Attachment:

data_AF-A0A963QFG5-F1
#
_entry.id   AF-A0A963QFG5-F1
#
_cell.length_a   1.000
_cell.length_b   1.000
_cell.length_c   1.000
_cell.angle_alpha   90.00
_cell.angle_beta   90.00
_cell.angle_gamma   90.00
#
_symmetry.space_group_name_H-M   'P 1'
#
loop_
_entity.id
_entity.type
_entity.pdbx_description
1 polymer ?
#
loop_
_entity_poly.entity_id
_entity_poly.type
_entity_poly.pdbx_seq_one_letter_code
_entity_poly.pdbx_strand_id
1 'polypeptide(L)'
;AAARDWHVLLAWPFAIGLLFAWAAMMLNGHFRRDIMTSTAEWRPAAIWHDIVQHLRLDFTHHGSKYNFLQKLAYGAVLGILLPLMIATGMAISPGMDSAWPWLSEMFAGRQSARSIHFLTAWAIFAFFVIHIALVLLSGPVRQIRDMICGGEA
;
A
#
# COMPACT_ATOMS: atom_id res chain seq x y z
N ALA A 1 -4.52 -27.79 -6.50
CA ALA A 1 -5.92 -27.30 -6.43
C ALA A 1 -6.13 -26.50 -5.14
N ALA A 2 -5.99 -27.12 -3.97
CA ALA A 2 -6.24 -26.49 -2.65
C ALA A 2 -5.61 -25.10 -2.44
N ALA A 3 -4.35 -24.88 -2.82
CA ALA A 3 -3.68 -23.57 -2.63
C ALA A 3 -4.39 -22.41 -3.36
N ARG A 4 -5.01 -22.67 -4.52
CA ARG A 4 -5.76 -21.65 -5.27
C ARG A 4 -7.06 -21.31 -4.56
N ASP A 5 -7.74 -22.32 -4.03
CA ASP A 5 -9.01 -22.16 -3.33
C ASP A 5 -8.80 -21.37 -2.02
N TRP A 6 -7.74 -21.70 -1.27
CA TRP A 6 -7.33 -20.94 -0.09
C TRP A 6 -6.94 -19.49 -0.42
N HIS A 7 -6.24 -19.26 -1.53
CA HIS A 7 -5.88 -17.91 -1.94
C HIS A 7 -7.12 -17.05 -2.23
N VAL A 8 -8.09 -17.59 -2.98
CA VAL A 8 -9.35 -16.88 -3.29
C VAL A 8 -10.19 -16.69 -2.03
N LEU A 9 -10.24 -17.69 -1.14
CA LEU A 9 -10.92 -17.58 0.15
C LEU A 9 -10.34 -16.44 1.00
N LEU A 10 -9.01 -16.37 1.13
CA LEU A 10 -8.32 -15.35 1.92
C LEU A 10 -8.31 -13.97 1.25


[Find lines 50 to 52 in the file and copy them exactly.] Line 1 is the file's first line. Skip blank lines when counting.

CA HIS A 7 -5.88 -17.91 -1.94
C HIS A 7 -7.12 -17.05 -2.23
N VAL A 8 -8.09 -17.59 -2.98